Implementing a Proactive Risk Program: Documenting Risks and Associated Primary Constraints

As we continue our series of risk management maturity concepts presented by the principals of MCLMG, we want to illustrate the steps that should be taken to implement a proactive risk environment.  May’s article (next in this series) will provide a discussion ensuring risks are documented and analyzed along one of the remaining primary project constraints:

Cost, or

The concept of project constraints has been evolving over the past few years from the initial “iron triangle” of just scope, time, and cost to the more robust realization that projects are subject to an integrated set of primary constraints that include scope, time, and cost as well as quality and risk. The figure that follows (Fig. 1) is an illustration of the relationships of these five primary constraints. Notice that the entire project sits in a circle or boundary of risk since most of a project’s activities are focused on the future progress of a project not its past or present. This future focus is what demands a proactive risk management philosophy as a risk is defined as an “uncertain future event.”

A project manager needs to be keenly aware of the association of the risks to his/her project to one of these specific primary constraints. In other words, each risk will have an impact along one or more of the primary constraints thereby determining the manner in which the risk is defined, assessed, and mitigated. The documentation of each risk in concert with its associated constraint or constraints is the fundamental basis for understanding, managing, and ultimately mitigating its impact to the project.

In order to improve risk mitigation and plan for more effective issue response activities, logging risks and issues into a risk/issues register is simply not enough. The mapping of risk potentials to project constraints immediately benefits the project by allowing the project resources to be applied with a better understanding of their effective utilization on achieving the balance of the constraints needed to produce contracted deliverables. The mapping of risks to the primary constraints of scope, time, cost, and quality support the project’s goal of producing the demanded “fit-for-use” deliverables within the budget and time frames expectations of the business sponsors.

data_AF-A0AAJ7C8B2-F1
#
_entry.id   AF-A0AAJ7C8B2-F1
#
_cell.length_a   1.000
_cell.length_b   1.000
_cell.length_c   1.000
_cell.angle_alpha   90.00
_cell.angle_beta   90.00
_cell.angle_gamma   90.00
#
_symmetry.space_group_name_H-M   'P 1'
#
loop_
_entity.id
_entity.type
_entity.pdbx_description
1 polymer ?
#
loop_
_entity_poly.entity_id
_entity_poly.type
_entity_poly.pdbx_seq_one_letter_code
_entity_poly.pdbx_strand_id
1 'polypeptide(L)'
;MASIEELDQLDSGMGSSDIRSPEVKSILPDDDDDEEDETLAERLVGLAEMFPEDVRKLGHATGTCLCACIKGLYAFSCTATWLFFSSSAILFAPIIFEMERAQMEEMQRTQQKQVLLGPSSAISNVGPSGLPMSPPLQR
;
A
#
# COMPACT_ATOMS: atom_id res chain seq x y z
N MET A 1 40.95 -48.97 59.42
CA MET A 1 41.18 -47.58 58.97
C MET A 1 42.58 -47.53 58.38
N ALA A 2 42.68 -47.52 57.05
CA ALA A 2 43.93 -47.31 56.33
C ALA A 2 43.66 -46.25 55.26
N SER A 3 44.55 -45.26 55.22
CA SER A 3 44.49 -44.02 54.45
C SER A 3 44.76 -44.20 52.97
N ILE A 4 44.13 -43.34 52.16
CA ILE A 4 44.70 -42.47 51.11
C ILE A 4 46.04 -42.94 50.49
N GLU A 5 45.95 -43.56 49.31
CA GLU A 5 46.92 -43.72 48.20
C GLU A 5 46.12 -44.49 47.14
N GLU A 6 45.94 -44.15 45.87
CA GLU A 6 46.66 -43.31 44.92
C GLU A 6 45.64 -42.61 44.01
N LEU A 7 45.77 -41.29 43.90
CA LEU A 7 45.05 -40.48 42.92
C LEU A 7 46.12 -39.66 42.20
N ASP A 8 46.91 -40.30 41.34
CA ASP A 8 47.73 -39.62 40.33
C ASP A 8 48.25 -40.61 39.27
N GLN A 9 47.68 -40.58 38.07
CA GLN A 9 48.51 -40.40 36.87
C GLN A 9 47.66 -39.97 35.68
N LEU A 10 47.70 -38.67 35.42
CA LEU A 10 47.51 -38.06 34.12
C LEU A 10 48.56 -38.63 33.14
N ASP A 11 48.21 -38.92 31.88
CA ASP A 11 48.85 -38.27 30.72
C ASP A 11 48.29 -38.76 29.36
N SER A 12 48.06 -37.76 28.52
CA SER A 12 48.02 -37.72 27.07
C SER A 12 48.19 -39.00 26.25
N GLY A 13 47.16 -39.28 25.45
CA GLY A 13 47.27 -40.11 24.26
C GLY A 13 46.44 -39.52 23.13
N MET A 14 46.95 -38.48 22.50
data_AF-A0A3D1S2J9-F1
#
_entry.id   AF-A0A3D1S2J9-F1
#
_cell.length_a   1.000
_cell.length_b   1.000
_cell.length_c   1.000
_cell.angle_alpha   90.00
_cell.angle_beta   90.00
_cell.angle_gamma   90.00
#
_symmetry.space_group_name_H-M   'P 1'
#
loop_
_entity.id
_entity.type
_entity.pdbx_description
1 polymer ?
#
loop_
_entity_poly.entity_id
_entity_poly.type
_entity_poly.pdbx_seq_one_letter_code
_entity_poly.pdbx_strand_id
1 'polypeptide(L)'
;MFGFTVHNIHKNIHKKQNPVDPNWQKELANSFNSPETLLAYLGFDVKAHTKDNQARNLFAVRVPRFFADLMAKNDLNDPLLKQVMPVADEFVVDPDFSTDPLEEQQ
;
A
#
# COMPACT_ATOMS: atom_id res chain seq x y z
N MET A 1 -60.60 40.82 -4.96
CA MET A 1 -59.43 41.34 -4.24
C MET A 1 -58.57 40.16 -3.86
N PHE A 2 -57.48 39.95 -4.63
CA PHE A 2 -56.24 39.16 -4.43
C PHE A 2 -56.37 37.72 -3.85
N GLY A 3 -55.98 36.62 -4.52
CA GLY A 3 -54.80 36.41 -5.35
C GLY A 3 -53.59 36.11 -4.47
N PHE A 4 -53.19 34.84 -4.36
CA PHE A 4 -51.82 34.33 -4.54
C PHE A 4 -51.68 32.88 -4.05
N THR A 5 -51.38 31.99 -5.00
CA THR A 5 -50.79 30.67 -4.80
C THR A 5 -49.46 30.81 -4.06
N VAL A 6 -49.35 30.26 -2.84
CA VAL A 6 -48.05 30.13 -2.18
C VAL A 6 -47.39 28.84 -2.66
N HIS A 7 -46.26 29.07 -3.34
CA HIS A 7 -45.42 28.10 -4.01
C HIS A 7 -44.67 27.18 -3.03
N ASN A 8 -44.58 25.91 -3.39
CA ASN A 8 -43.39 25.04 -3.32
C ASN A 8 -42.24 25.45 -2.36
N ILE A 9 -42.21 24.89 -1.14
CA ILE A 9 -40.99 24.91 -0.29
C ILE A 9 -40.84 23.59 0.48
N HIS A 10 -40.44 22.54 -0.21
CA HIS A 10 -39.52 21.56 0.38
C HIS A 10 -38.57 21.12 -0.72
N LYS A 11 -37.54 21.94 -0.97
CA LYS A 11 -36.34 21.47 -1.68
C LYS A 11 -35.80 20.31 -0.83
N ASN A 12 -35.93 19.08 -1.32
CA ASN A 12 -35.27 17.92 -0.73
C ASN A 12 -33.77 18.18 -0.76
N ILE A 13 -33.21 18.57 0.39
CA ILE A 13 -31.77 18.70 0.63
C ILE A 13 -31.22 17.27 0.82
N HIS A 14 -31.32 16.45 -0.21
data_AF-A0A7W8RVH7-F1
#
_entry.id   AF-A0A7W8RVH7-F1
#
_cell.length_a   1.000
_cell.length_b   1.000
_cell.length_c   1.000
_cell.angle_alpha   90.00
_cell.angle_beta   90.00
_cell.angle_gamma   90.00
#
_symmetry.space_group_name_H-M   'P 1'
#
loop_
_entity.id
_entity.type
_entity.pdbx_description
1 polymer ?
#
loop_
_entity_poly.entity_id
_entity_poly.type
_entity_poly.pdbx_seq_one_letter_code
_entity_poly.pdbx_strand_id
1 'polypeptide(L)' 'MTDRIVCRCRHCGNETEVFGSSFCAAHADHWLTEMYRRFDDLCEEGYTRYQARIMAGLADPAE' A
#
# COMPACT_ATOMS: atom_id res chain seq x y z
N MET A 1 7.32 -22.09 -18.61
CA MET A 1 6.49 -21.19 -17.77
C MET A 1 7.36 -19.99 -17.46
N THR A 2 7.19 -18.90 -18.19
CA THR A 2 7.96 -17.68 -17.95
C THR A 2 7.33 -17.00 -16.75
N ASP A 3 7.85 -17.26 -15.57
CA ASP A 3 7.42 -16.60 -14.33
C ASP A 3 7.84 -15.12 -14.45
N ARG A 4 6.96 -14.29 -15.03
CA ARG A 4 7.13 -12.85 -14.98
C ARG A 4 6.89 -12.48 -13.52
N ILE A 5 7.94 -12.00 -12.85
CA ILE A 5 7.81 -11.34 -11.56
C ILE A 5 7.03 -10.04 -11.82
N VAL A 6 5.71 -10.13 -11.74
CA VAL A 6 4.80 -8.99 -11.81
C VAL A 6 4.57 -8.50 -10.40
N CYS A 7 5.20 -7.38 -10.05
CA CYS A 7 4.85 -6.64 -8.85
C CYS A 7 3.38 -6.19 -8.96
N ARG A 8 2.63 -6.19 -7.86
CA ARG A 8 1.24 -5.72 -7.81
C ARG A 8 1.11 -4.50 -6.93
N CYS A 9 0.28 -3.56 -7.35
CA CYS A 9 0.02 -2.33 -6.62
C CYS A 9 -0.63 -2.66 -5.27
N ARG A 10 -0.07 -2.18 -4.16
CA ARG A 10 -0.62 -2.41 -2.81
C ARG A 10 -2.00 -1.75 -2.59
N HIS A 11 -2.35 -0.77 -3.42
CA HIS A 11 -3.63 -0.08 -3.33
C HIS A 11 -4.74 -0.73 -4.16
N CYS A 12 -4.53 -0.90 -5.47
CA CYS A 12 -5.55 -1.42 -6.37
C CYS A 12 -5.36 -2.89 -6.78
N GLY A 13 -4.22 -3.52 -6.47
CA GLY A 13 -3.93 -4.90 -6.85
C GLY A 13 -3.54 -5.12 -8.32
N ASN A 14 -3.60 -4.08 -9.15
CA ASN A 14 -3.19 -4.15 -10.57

Acceptance by the project management community of the primary constraints model (scope, time, cost, quality, and risk) in place of the less applicable “iron triangle,” or “triple constraints” that was popular during the first two decades of the project management discipline has all but been completed.  To progress the risk environment into the needed proactive level of action, a mapping of risks to the primary constraints becomes a necessary activity by improving risk mitigation and the effective planning for more aggressive issue response directives.

Referring to the Primary Constraints Model (Fig. 1), we at MCLMG have shown the need to ensure a balance or equilibrium between the primary constraints is necessary in order to produce the fundamental quality outcome of a project, i.e., the production of “fit-for-use” deliverables. At MCLMG, we call this Deliverable-Centered Project Management (DCPM).

When a project team maps their risk potentials (uncertain future events) along with their risk expected values (REV) to activities being planned, developed, and implemented, a better understanding of the future and its possible impacts on the project’s ability to produce “fit-for-use” deliverables suddenly materializes. Project teams can now focus their attention on those risks with the highest REV and the most severe possible correlation to the primary constraints as the paramount action of implementing proactive risk mitigation for their projects. This mapping will assist in producing the additional risk register / issue log parameters necessary to support the association of risk potentials to the primary constraints.

In subsequent articles for this series, we will be discussing how to actually accomplish risk mapping to the remaining primary constraints of scope, time, cost, and quality. This mapping procedure provides the immediate benefit of risk impact analysis and understanding to support the proactive action of mitigation resulting in the measurable reduction of either a risk’s probability of occurrence (RPO) or its risk cost of impact (RCI). The product of RPO and RCI results in the risk’s aforementioned REV. Risk mapping to primary constraints provides the direct knowledge necessary for risk owners and action owners to successfully mitigate their assigned risks. It is the measurable reduction of risk REVs that determines the business value of a proactive risk management program to its associated project.

In the next four articles in this series, the process and tasks for mapping risks to their associated constraints will be detailed. Join us for these informative and impactful offerings.


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